Tuesday, August 3, 2010

Remember What? (First sermon at FirstB, Sioux Falls, SD)


NOTE: I am very passionate about understanding the Lord's Table. Since I began my studies at the Robert E. Webber Institute for Worship Studies, I have come to a much richer understanding of what we do at the Table. I was pleased with the response that I received from this message. I was especially blessed by the affirmation of a young Catholic who attended one of the services. While Baptists and Catholics will probably never agree regarding what is called the "real presence of Christ" at the Table, I believe that we can find common and powerful ground in an understanding of biblical remembrance, which I believe is the the essential point rather than wrangling over substance.






Trouble at the Table
Communion, or in many traditions, the Eucharist (which simply means “Thanksgiving”) has a long and unfortunate history of controversy in the Church since the Reformation. The seed of this misunderstanding and trouble was planted at the Fourth Lateran [Church] Council of 1215. In the confession of faith, the Church leaders affirmed that “[Christ’s] body and blood are truly contained in the sacrament of the altar under the forms of bread and wine, the bread and wine having been changed in substance, by God's power, into his body and blood…Nobody can effect this sacrament except a priest who has been properly ordained according to the church's keys, which Jesus Christ himself gave to the apostles and their successors.”

Since as early as the Second Century, Church Fathers affirmed that the bread and the wine were indeed Christ’s body and blood. The problem, it seems to me, is that the Council of 1215 reduced the mystery of Christ’s presence at the Table to a mechanical action when the priest says the words of institution, “This is my body; this is my blood.” Notice that the Council used the phrase, to “effect this sacrament.” The “effect” on the people of the Church, however, was to instill such fear in handling the elements that many only partook at the Table once a year. Others, in a more cynical mind, coined the magical phrase “hocus pocus” after the Latin liturgical words a priest would use, hoc est corpus or, in English, “this is the body.”

This was not what Christ had intended when He instituted the meal.

The Protestant Reformation that began in the early sixteenth Century sought to address this distortion. In some ways, the Reformers were successful. In other ways, they added to the problem. Luther did not want to start a new church – he merely wanted to reform the Roman Church. The Lutheran conception of Christ’s presence at the Table is similar to Catholic understanding in that the bread and wine do become Christ’s body and blood indeed when the minister says the words of institution, but they also retain their qualities of bread and wine. Luther was successful in reinstituting weekly Eucharist in the churches for all. The primacy of God’s Word was the central theme in Reformed churches led by Huldrich Zwingli and John Calvin. But the two leaders had entirely different ideas about what happens at the Table. Zwingli reduced the understanding what happens to a memorial – a reminder – of Christ’s sacrifice. Christ is not present at all in the elements. He also reduced the regularity of the Eucharist to quarterly observance. Calvin, on the other hand, believed that Christ was mystically present in the elements through the power of the Holy Spirit. He did not otherwise try to explain it through any special “effecting” or change of substance. He was deeply disappointed that he could not convince church leaders to observe the rite each week in corporate worship.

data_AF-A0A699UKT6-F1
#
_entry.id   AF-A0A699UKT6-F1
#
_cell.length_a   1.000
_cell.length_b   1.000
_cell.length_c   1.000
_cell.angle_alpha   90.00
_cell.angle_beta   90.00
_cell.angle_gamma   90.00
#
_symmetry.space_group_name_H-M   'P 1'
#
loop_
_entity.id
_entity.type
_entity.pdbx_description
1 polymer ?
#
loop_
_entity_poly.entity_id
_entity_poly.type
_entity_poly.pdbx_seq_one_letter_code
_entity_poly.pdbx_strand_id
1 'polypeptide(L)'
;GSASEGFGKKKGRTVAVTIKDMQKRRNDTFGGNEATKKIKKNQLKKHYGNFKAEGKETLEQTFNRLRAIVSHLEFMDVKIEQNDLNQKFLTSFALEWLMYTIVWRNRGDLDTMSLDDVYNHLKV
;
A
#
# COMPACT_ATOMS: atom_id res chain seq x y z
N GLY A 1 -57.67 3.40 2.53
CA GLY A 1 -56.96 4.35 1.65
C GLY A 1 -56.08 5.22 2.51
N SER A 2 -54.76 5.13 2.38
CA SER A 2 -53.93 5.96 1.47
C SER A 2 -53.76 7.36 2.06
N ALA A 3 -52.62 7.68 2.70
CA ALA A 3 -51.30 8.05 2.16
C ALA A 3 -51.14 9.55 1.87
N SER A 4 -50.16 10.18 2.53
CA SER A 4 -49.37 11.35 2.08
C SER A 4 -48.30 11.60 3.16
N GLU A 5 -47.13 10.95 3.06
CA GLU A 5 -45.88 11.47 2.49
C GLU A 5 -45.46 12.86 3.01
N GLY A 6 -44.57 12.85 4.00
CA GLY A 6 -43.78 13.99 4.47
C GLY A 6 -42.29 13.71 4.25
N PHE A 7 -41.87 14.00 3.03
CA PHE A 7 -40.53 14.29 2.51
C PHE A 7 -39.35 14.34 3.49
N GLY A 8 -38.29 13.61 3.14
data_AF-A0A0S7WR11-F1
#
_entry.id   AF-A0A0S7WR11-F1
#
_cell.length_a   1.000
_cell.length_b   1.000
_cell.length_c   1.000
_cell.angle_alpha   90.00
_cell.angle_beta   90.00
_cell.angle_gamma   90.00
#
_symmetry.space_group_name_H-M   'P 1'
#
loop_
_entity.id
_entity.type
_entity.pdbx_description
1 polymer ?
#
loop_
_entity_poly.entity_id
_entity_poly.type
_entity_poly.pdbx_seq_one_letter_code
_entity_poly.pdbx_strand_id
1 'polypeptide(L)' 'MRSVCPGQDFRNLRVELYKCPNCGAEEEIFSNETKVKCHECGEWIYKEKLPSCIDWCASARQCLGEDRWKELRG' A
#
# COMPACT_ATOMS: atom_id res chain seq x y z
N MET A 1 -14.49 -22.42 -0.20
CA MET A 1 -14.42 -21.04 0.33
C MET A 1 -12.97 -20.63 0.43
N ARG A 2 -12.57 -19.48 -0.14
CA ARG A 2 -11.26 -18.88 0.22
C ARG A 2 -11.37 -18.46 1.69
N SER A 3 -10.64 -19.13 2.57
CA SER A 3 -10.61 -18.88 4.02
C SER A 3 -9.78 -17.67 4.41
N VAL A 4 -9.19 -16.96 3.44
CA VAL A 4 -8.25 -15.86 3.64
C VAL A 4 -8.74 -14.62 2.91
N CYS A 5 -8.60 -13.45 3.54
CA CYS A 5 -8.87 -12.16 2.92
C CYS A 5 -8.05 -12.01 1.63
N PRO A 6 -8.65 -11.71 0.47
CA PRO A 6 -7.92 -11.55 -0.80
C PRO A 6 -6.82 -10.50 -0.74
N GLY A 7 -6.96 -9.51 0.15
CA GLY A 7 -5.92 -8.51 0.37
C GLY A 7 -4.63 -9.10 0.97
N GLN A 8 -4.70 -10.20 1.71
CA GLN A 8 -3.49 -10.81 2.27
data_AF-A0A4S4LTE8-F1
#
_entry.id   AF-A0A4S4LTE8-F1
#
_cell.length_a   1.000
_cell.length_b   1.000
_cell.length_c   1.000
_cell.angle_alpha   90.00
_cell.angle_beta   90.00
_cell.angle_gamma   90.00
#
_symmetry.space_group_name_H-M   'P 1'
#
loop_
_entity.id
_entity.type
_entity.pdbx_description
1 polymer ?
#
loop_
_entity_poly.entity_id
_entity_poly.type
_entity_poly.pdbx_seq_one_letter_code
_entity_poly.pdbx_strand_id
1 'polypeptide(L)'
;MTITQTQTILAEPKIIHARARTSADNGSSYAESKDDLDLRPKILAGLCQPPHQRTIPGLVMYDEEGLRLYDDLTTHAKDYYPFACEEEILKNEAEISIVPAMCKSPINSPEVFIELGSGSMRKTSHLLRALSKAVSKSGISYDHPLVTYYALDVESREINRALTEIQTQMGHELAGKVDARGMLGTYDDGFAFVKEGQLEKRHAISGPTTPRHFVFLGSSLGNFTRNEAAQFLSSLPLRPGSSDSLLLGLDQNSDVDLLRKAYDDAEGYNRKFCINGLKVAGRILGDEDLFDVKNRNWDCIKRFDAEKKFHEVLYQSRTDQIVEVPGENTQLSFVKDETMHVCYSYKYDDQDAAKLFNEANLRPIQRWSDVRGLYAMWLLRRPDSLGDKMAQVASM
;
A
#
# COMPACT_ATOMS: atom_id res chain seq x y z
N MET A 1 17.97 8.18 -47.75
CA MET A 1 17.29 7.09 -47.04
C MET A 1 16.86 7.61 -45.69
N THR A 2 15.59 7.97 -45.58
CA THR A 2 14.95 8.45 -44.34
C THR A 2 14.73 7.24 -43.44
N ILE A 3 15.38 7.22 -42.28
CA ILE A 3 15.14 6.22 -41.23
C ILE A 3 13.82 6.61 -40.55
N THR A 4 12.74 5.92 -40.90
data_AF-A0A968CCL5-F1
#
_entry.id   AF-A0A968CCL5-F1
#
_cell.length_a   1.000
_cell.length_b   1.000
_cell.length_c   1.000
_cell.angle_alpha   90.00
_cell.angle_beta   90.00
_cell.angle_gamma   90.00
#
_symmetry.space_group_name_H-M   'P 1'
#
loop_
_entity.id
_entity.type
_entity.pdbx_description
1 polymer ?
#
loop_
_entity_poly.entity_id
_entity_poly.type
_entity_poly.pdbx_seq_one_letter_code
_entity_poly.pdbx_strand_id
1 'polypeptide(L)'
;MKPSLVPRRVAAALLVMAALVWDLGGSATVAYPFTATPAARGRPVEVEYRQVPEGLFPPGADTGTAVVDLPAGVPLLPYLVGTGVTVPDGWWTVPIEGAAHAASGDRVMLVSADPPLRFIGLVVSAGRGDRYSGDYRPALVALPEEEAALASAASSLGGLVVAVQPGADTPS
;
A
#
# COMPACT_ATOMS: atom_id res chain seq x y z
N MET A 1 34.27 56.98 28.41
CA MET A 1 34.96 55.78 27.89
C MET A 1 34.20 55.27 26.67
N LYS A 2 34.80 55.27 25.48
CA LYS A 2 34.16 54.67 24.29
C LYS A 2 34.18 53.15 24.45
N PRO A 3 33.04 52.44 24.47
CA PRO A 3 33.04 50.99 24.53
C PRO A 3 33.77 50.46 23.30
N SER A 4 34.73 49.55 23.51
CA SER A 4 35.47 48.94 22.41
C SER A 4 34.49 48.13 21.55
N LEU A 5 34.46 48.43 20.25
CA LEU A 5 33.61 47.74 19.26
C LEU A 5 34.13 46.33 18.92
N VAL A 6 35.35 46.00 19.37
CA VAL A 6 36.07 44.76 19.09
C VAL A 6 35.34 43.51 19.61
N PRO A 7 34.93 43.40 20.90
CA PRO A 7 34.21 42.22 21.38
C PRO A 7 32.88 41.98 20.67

Because understanding of what happens at the Table is very critical to the spirituality of many Christians, it has become a deep point of contention between the traditions. You could say that my attempt to speak on this issue is “going where angels fear to tread.” Probably true. But if we don’t carefully consider what our Lord gave us at the Table, I believe we miss one of the deepest riches of our faith. And I think we all know that the Lord’s Table is no ordinary happening in our services. Even those who don’t believe that Christ is literally present at the Table approach the rite with special reverence.

What then, really happens at the Table? Prayer for illumination.

Biblical Remembering at the Table – The Past Becomes Present

Please direct your attention to the screen. (B/W slide show of 9/11)

What did you experience as you watched those images? Were you taken back, as I was, to that day on September 11, 2001? Can you recall where you were when you heard the news and what you did that day? I think most people who were of sufficient maturity on that day can recall with a good deal of clarity what happened. When we watched the images, it is as if we experienced those fateful events of nine years ago in this very moment.

Powerful events in our lives shape who we are, both as individuals and as a people.

God, who is our Creator, understands how we function in our minds, our emotions and our memories. When He was forming a people for Himself through the Exodus event recorded in Hebrew Scriptures, God instituted a way in which that experience would be recalled by all the generations of His people who would come after the event itself.

Turn over to Exodus 12 and let’s read the story together. (14-17, 24-27, 40-42)